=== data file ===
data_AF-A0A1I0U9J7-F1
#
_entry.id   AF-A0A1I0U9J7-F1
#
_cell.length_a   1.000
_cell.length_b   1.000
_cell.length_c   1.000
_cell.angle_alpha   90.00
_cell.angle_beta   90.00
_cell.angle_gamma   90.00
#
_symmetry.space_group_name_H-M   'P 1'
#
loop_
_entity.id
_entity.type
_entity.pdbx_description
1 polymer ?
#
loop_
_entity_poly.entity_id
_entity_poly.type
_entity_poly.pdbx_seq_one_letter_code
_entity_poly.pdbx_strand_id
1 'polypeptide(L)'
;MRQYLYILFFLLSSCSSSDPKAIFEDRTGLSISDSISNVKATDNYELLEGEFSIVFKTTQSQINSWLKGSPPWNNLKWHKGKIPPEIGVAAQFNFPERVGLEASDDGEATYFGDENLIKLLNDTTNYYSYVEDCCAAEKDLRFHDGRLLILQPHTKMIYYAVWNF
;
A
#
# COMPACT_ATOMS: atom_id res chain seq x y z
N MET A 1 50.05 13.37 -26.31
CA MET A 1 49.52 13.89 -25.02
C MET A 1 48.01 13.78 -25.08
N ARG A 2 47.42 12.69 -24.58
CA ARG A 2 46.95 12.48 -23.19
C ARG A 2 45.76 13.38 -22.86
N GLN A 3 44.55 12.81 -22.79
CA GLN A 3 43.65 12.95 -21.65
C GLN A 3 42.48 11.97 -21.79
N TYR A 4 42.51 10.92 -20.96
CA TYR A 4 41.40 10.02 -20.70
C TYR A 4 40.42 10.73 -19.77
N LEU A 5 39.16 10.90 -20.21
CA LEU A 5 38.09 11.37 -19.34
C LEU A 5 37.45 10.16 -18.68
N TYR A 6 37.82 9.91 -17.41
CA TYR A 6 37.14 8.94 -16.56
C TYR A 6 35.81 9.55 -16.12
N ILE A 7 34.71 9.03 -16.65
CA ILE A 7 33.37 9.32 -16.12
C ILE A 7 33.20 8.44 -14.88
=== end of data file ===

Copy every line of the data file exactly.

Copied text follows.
data_AF-A0A1I0U9J7-F1
#
_entry.id   AF-A0A1I0U9J7-F1
#
_cell.length_a   1.000
_cell.length_b   1.000
_cell.length_c   1.000
_cell.angle_alpha   90.00
_cell.angle_beta   90.00
_cell.angle_gamma   90.00
#
_symmetry.space_group_name_H-M   'P 1'
#
loop_
_entity.id
_entity.type
_entity.pdbx_description
1 polymer ?
#
loop_
_entity_poly.entity_id
_entity_poly.type
_entity_poly.pdbx_seq_one_letter_code
_entity_poly.pdbx_strand_id
1 'polypeptide(L)'
;MRQYLYILFFLLSSCSSSDPKAIFEDRTGLSISDSISNVKATDNYELLEGEFSIVFKTTQSQINSWLKGSPPWNNLKWHKGKIPPEIGVAAQFNFPERVGLEASDDGEATYFGDENLIKLLNDTTNYYSYVEDCCAAEKDLRFHDGRLLILQPHTKMIYYAVWNF
;
A
#
# COMPACT_ATOMS: atom_id res chain seq x y z
N MET A 1 50.05 13.37 -26.31
CA MET A 1 49.52 13.89 -25.02
C MET A 1 48.01 13.78 -25.08
N ARG A 2 47.42 12.69 -24.58
CA ARG A 2 46.95 12.48 -23.19
C ARG A 2 45.76 13.38 -22.86
N GLN A 3 44.55 12.81 -22.79
CA GLN A 3 43.65 12.95 -21.65
C GLN A 3 42.48 11.97 -21.79
N TYR A 4 42.51 10.92 -20.96
CA TYR A 4 41.40 10.02 -20.70
C TYR A 4 40.42 10.73 -19.77
N LEU A 5 39.16 10.90 -20.21
CA LEU A 5 38.09 11.37 -19.34
C LEU A 5 37.45 10.16 -18.68
N TYR A 6 37.82 9.91 -17.41
CA TYR A 6 37.14 8.94 -16.56
C TYR A 6 35.81 9.55 -16.12
N ILE A 7 34.71 9.03 -16.65
CA ILE A 7 33.37 9.32 -16.12
C ILE A 7 33.20 8.44 -14.88